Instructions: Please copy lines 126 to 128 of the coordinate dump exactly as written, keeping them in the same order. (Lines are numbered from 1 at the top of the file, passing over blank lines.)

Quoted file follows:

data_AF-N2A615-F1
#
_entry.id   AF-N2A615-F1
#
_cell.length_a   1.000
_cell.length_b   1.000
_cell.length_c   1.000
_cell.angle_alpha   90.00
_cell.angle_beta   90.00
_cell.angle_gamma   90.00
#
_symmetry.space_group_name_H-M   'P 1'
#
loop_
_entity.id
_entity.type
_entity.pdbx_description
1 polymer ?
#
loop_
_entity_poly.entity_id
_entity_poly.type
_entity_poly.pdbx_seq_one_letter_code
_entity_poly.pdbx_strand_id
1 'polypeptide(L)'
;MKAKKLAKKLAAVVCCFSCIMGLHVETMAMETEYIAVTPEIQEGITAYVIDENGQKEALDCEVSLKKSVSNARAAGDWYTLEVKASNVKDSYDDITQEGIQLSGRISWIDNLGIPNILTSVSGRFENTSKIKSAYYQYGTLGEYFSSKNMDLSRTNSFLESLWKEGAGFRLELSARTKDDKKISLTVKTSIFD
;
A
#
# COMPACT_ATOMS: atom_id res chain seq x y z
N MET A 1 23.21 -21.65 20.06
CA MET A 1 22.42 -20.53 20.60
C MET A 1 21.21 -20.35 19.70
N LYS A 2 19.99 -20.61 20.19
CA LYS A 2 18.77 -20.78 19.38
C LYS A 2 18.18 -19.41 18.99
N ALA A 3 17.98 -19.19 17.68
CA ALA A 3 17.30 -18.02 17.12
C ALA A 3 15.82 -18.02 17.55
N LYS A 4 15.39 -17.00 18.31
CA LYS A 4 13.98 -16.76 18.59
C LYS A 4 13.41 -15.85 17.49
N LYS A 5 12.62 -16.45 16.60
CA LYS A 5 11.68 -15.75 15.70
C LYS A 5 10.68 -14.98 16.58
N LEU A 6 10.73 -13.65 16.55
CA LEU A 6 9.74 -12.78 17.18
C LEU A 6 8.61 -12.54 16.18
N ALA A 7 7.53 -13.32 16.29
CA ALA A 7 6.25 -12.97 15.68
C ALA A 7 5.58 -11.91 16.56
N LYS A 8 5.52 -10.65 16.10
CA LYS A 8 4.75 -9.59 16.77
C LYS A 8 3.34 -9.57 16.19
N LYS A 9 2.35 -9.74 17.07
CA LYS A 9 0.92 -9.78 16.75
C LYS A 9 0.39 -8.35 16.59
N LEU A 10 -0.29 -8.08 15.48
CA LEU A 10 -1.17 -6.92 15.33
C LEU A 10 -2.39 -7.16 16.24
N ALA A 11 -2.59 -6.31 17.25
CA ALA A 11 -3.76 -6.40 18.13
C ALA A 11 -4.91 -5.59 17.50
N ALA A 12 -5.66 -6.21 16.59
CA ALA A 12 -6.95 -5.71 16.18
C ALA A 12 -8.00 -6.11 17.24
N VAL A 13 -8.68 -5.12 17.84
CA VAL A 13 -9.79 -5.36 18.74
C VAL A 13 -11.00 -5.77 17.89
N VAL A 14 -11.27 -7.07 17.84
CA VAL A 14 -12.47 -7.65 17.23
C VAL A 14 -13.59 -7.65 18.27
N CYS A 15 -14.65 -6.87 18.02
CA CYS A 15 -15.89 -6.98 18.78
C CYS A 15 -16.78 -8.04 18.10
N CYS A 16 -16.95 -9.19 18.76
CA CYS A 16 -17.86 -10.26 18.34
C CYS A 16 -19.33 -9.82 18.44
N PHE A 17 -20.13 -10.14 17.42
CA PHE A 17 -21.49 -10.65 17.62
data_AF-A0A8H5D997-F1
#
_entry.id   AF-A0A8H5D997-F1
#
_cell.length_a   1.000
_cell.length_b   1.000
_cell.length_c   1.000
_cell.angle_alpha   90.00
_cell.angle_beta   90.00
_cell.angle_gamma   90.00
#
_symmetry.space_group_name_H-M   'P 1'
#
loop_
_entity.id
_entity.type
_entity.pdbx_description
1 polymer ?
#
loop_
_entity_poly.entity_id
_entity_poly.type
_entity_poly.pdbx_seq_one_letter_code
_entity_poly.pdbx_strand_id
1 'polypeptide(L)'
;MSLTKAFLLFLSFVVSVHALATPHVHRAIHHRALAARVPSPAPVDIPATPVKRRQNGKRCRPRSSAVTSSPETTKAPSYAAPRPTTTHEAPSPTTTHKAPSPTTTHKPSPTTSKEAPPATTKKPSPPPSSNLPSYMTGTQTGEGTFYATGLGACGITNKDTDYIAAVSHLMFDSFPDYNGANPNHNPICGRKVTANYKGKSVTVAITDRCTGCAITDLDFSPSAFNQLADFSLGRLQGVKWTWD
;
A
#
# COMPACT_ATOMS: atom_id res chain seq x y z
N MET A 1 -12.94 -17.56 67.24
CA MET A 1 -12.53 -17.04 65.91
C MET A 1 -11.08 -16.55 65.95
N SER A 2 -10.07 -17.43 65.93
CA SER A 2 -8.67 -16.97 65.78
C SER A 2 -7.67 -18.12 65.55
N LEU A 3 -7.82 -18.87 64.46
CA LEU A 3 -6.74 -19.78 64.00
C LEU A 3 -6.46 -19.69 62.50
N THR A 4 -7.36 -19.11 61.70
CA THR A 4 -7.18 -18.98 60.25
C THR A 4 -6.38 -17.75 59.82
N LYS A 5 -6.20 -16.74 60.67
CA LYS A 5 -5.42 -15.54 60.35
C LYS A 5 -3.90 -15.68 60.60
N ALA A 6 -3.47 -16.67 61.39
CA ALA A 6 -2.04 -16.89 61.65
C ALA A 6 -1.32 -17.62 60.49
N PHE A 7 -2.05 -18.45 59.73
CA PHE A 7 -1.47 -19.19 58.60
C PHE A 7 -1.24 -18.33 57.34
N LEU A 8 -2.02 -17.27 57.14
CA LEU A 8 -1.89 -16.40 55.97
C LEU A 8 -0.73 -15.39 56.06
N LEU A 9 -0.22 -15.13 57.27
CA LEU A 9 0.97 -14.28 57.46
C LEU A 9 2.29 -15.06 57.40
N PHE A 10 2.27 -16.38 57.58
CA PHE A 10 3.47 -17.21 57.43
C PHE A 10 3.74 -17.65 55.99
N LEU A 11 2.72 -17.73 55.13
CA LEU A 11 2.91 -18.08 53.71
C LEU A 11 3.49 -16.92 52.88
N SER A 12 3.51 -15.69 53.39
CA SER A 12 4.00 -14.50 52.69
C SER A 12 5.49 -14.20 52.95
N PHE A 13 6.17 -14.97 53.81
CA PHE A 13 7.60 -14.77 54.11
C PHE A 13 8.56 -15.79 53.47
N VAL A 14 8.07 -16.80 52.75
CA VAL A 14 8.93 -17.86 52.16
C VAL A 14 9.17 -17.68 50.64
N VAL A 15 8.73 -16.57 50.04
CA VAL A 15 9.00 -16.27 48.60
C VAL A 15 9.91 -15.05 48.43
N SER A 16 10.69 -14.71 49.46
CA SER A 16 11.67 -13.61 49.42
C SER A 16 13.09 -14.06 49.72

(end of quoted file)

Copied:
N ALA A 6 -3.47 -16.67 61.39
CA ALA A 6 -2.04 -16.89 61.65
C ALA A 6 -1.32 -17.62 60.49